Truck drivers’ protest leads to sporadic disturbances, no major delays
Amid truck drivers' protests, the RFA confirms sporadic disturbances on routes but praises SAPS for preventing violence and maintaining peace.
Cape Town highway. iStock photo for illustration purposes.
Gavin Kelly, CEO of the Road Freight Association (RFA), confirmed there have been sporadic disturbances on routes due to the truck drivers’ protest, but no significant delays have occurred.
He praised the South African Police Service (SAPS) for their swift response in ensuring no violence has taken place and for maintaining the peace when protesters tried to intimidate or coerce non-participating drivers.
Truck drivers’ protest
The RFA emphasised the importance of exercising the right to protest responsibly and expressed hope that any further protests will remain peaceful, allowing the logistics supply chain to continue operating.
According to police spokesperson Robert Netshiunda, three incidents were reported in the eThekwini area. Netshiunda said traffic was not disrupted and officials will continue to monitor the situation.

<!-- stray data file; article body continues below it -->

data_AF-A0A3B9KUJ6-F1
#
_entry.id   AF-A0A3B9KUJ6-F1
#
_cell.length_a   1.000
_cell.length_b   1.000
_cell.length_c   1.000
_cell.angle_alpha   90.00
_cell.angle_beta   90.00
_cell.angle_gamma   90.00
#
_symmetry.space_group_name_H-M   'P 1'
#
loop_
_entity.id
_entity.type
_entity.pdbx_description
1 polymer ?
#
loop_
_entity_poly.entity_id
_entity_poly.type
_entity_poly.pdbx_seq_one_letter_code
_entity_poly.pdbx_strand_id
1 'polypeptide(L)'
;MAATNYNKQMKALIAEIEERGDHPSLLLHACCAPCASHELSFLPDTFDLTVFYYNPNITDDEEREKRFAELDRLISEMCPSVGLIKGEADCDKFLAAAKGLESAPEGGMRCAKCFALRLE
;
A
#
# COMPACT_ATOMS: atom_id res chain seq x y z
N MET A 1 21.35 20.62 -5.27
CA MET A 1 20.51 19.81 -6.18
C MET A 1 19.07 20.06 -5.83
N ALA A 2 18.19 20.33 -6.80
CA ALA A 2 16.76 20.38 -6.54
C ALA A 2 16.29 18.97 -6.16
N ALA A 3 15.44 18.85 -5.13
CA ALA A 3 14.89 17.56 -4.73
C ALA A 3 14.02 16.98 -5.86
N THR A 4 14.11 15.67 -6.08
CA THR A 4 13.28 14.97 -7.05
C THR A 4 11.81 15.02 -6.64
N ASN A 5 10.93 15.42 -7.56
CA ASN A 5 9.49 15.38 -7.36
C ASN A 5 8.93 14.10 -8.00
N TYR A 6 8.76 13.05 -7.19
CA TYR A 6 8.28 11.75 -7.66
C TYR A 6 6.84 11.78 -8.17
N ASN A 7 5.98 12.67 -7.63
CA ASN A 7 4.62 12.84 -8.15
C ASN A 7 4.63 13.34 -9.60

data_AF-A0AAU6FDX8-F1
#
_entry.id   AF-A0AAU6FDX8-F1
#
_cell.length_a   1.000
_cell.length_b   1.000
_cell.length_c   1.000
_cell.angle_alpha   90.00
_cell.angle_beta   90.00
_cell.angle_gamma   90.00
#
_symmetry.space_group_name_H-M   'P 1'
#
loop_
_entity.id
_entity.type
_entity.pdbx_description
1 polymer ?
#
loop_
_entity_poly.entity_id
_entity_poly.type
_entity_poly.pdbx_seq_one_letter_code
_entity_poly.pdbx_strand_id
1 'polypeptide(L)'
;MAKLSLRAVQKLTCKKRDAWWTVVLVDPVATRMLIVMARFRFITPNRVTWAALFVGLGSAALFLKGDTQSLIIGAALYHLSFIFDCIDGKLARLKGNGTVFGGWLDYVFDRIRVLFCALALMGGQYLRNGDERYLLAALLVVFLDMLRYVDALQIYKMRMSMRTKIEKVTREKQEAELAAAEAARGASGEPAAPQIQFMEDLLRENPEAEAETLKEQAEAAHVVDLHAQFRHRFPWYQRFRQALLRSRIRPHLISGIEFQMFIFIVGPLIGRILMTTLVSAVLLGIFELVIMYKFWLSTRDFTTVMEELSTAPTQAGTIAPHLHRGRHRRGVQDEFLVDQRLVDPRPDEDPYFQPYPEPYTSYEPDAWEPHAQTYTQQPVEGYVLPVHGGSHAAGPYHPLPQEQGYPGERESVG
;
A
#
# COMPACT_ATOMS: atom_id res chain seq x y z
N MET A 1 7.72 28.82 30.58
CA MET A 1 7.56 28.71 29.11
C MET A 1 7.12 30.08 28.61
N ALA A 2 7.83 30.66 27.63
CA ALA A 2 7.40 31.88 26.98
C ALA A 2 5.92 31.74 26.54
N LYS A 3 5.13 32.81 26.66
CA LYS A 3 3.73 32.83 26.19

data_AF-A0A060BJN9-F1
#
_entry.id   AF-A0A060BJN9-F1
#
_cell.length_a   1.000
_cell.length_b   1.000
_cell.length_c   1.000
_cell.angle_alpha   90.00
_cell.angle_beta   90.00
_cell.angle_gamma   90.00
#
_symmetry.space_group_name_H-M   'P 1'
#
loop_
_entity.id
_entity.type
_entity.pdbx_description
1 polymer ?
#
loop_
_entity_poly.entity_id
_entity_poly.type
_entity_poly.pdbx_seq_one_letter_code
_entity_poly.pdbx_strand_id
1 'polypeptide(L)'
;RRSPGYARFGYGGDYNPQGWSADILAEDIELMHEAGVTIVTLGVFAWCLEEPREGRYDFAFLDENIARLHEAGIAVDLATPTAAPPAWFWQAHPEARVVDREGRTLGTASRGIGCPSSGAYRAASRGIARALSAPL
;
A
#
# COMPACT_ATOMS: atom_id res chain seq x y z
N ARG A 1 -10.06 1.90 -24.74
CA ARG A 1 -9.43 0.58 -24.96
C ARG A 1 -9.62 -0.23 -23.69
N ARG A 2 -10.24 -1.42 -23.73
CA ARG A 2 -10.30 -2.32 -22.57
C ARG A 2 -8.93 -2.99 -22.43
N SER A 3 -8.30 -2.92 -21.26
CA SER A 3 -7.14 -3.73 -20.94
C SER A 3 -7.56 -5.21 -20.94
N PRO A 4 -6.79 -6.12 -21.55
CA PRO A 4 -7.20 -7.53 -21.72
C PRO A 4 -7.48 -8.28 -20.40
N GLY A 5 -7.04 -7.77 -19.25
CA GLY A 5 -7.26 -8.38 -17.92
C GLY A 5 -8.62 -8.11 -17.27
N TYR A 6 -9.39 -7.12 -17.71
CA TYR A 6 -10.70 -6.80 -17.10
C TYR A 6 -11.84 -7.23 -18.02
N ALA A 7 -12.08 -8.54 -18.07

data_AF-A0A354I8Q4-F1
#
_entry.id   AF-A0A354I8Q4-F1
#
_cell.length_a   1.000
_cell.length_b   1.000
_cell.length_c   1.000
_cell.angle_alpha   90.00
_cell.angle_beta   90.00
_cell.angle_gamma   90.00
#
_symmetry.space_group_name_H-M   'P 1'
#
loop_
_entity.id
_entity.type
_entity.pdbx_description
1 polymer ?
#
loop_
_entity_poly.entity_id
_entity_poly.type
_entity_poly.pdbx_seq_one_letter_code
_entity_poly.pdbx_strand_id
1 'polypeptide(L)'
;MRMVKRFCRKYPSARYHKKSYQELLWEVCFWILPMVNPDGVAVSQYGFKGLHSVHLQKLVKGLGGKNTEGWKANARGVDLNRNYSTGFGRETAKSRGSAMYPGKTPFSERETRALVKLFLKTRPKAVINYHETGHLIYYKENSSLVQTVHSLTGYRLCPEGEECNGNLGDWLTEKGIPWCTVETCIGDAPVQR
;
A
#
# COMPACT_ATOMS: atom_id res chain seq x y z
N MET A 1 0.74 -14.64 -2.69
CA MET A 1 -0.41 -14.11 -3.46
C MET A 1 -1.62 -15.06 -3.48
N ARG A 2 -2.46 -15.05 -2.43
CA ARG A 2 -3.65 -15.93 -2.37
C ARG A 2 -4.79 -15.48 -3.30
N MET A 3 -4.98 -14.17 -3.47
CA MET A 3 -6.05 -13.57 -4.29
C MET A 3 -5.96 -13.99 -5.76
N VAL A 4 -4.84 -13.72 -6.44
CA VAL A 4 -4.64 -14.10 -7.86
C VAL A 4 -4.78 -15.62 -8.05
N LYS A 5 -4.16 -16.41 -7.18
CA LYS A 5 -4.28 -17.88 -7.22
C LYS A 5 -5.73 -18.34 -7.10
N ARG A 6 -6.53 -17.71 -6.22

As previously reported, police and state security services have assured South African motorists that they are closely monitoring the “national shutdown” announced by the truck drivers’ protest organizers.
The protest is expected to put pressure on the supply chain, as trucks transport billions of rands worth of goods across South Africa due to the country’s failing rail network.
The truck drivers’ protest is focused on the employment of foreign drivers in the industry.
Mandla Mngomezulu, deputy chairperson of the All Truck Drivers Forum (ATDF) and Allied South Africa, said concerns about foreign drivers being preferred for employment have been ignored for years.
The issue has been raised by local driver associations for the past three years.
Mngomezulu explained an inter-ministerial committee consisting of various government departments – including Transport, Home Affairs, and Labour and Employment – was established in 2021 to address the matter, but no progress has been made to resolve the issue.